With a plan to return to surplus in two years the challenge of success is minimal because those in the health and long-term care fields know that systems, methods, care processes all need to be re-tooled. The process of organization of medical surveillance and consultation through such things as e-health consult and other technologies was given acceleration during the pandemic and now many new methods and innovations must be rolled out. Long term care must, indeed, be reformed as the pundits have said for years. Primary Health Care, Emergency Medical Services, organization of specialty services all need to be truly reformed as do the systems of governance that oversee and direct health care.
News Flash: it takes serious up-front investment in order to turn a health and long-term care system around and re-direct it to where it needs to go! We are talking here of many millions of dollars in initial investment. Then when systems are re-structured and stabilized, attention can be directed to serious reductions in cost, improvements in efficiency, better engagement of labor and professional services. But you can’t do that until you get the systems stabilized. They are not even close to stability at this time.
These columns, for two years, have described many areas in our health and long-term care systems that are woefully deficient in organization, focus, structure, and public service. I hear much from the public and hear very little push-back on the observations made. It is fair to believe that the general public and many influential health professionals and leaders support and strongly encourage major overhaul of structures and organization of services.
With the need to infuse transitional funding to bolster and turn programs around, it seems highly unlikely that government will be able to achieve a balanced budget, let alone get to a modest surplus, during the term of the current government.
Economists and Economic development people may hopefully help lead to some new economic initiatives that will cause growth in government revenues. Strategies such as promoting immigration so that our agriculture and fishery can flourish makes great sense and hopefully will make an impact. A vibrant, growing economy with low unemployment would, of course, be of enormous help and, as a native, that is my prayer.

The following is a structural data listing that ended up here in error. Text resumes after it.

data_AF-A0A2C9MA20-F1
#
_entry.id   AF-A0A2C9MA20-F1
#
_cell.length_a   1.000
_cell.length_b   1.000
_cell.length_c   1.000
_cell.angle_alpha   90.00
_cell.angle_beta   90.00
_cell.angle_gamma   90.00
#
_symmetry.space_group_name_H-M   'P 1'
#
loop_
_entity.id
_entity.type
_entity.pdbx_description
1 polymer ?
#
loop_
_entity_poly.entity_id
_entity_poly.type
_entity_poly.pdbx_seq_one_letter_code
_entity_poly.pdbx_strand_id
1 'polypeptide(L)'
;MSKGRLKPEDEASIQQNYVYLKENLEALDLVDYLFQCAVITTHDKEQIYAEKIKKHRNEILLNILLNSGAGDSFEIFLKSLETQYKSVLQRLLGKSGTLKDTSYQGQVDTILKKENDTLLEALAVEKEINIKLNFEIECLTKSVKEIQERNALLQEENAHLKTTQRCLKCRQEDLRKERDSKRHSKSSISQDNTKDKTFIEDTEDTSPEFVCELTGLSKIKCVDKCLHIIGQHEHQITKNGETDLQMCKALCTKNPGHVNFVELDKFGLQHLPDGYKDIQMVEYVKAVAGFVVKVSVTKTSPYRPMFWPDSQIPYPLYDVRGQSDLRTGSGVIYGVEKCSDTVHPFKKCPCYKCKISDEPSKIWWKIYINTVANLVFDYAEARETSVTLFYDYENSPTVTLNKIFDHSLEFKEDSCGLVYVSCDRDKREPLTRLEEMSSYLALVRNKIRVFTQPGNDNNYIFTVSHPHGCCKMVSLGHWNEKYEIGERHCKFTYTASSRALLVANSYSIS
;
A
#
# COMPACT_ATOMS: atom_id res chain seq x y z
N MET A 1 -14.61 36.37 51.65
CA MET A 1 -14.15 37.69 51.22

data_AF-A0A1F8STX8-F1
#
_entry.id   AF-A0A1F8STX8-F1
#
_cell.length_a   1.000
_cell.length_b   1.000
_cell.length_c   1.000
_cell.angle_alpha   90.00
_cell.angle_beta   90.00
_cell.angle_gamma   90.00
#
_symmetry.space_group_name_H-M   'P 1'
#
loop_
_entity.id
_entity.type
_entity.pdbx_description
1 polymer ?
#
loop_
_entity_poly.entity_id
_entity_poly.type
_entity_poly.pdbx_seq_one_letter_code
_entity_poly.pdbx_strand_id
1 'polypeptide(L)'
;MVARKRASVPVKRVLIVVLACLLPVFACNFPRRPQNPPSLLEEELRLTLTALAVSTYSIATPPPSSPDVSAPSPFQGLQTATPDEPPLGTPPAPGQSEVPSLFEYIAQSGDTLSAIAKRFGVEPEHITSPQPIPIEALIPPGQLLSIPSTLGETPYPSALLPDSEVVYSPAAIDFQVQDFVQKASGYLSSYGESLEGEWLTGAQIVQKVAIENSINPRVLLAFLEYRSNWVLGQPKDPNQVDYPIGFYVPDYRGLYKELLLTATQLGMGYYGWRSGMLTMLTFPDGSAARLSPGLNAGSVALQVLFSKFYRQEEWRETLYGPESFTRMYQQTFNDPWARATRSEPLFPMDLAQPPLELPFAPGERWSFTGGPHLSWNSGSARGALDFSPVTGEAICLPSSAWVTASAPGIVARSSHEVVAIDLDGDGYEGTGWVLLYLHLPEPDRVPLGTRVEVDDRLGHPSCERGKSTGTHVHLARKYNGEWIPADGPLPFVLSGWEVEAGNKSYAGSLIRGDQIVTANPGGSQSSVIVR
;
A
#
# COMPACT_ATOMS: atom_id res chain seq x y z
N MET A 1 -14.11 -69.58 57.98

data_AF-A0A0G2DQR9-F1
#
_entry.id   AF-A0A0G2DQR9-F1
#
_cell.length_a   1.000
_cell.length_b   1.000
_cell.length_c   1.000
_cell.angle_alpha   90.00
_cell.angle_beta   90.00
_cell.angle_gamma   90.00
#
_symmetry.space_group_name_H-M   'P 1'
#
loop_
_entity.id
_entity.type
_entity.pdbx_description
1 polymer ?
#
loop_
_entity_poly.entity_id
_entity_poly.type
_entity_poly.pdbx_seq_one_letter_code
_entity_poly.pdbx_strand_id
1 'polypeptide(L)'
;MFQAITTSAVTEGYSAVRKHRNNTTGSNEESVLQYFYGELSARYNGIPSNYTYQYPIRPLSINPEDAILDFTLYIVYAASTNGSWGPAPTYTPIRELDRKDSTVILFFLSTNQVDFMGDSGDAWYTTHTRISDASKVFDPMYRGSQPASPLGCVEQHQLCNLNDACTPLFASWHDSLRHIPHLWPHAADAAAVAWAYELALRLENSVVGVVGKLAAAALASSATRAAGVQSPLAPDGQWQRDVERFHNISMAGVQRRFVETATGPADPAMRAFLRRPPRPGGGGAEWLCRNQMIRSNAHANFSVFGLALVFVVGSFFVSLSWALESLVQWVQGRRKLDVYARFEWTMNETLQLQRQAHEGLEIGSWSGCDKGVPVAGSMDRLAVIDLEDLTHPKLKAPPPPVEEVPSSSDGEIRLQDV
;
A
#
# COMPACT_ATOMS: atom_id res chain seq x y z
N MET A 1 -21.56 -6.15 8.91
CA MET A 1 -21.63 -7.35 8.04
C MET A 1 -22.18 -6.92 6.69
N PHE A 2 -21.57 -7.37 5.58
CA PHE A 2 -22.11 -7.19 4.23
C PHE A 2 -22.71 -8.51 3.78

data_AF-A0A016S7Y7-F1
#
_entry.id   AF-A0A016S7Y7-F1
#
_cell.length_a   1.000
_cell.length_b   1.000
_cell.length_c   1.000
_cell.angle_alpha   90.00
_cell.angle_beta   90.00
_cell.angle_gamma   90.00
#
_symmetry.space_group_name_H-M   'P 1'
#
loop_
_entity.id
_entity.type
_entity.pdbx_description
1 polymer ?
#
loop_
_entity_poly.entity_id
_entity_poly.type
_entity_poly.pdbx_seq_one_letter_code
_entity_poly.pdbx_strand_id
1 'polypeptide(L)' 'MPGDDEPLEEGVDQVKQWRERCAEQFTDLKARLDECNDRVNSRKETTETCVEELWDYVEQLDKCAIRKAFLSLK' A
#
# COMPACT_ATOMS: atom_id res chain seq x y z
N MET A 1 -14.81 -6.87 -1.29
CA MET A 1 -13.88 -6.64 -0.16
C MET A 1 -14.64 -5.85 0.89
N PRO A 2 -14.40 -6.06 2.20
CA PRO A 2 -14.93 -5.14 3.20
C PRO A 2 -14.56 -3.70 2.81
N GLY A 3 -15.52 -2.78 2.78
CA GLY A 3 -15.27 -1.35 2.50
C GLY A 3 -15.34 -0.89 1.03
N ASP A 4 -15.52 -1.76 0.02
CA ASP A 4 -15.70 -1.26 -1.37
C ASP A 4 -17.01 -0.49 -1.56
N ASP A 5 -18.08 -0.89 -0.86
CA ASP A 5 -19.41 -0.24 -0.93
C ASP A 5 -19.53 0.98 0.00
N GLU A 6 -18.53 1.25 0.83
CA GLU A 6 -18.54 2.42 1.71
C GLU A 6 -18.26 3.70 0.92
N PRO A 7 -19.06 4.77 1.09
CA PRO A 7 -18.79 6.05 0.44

The provincial budget, in terms of optics, gave the appearance of more of the same: wages for care workers, $11 million for doctor recruitment. What was not readily seen was the commitment to the reform that is needed in order to re-set essential public services. A true commitment to reform would identify transitional funding to enable reform to happen.
Decades of publicity around long term care, accelerated during the pandemic, make a clear case for reform. Thousands of people struggling without primary care might look at the commitment to doctor recruitment as a major achievement. And hiring more Nurse Practitioners for rural communities is more of the same.
As one prominent physician mentioned to me, “what difference will it make if recruitment results in new physicians who choose to do locums, after hours clinics, emergency rotations...all the elements of medical practice that have no impact on fixing the primary care issue.
Instead, the $11 million should be targeted to restructuring primary care, perhaps setting up a few integrated primary health centres that would respond to huge issues in primary care. Or it might be targeted toward the creation of a demonstration Urgent Care Centre to meaningfully attack the issue of overcrowded Emergency Departments.
Ken McGeorge,BS,DHA,CHE is a retired career health care CEO, part time consultant, and columnist with Brunswick News, and author of Health Care Reform in New Brunswick; he can be reached at email@example.com.
Ken McGeorge, BS,DHA,CHE is a career health care executive based in Fredericton, NB, Canada.